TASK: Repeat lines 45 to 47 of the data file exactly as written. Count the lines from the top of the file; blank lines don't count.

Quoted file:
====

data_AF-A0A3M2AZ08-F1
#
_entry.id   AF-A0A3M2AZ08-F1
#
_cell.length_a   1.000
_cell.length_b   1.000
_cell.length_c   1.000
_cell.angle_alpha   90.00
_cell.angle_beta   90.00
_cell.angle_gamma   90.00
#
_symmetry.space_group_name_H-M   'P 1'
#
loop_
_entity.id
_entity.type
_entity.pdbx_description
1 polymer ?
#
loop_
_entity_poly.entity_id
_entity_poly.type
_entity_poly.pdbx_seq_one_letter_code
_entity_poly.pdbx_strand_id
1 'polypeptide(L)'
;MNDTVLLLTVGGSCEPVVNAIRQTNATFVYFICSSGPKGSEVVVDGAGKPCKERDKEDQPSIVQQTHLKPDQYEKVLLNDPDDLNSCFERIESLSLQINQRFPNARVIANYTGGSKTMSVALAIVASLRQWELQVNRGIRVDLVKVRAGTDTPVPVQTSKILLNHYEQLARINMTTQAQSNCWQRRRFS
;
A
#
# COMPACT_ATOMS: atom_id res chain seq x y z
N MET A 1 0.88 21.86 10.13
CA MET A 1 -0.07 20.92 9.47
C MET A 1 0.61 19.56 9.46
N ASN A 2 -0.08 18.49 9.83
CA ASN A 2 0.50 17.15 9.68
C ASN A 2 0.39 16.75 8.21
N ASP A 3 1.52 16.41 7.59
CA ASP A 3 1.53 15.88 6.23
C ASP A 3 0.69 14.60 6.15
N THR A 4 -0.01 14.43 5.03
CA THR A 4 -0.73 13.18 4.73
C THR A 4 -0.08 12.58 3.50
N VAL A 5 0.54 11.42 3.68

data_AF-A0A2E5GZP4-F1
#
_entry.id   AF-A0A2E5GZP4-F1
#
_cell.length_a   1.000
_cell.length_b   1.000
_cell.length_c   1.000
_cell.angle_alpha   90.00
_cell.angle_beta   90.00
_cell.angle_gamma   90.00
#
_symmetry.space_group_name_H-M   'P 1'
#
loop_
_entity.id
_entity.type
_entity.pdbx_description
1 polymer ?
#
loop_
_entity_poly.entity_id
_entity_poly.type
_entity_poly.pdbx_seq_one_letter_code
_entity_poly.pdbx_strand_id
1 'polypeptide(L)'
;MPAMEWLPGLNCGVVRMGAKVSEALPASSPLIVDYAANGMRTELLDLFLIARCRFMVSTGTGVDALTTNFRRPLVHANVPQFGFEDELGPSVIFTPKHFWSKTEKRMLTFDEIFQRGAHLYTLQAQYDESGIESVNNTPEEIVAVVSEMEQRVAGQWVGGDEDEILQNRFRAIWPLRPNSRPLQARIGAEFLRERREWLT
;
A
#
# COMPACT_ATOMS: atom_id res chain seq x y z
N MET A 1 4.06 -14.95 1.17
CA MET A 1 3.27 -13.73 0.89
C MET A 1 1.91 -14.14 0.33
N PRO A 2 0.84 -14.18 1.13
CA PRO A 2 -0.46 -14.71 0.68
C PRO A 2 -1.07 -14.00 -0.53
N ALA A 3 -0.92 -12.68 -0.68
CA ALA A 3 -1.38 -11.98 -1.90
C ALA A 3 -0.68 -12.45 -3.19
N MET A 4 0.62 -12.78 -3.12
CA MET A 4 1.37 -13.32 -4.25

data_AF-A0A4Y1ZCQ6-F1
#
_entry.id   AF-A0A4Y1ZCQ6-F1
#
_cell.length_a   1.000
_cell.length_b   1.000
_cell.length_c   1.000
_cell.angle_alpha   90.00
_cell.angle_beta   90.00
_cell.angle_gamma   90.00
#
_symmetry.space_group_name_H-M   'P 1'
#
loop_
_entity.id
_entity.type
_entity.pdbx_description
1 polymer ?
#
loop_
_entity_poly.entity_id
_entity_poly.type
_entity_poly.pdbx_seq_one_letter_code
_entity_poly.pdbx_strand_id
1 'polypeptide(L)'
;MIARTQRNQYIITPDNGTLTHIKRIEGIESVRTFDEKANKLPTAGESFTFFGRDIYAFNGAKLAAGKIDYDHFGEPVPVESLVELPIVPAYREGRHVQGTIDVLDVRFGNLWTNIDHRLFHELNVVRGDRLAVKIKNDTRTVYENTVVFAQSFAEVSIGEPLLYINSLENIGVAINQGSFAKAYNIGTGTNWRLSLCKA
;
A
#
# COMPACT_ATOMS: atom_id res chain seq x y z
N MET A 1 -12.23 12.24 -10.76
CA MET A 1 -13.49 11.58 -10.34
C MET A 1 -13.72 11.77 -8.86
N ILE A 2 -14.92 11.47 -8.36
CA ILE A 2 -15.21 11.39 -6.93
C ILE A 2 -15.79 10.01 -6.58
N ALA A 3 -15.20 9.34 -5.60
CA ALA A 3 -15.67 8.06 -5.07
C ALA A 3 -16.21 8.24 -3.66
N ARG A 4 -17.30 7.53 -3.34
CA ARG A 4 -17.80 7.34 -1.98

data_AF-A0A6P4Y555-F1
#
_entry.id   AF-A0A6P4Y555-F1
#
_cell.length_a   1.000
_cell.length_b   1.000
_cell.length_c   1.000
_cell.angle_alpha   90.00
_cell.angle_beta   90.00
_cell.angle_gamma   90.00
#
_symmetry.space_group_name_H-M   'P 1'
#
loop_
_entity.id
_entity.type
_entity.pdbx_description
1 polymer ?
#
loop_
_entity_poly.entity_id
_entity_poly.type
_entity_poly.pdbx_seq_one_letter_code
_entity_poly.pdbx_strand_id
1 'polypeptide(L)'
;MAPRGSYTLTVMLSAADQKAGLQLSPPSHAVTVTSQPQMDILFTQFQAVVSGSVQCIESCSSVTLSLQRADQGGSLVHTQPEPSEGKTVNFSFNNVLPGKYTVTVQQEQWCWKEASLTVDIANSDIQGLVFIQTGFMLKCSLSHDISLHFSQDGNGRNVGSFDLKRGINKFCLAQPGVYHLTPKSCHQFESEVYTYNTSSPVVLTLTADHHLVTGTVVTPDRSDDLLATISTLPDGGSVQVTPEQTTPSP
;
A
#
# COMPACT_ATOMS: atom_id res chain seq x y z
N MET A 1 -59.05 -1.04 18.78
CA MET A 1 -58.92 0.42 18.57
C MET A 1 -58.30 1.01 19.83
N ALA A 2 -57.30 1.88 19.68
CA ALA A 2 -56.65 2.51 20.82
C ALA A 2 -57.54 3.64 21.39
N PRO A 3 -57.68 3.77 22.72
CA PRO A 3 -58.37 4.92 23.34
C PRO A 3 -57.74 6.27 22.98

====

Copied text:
#
_entry.id   AF-A0A2E5GZP4-F1
#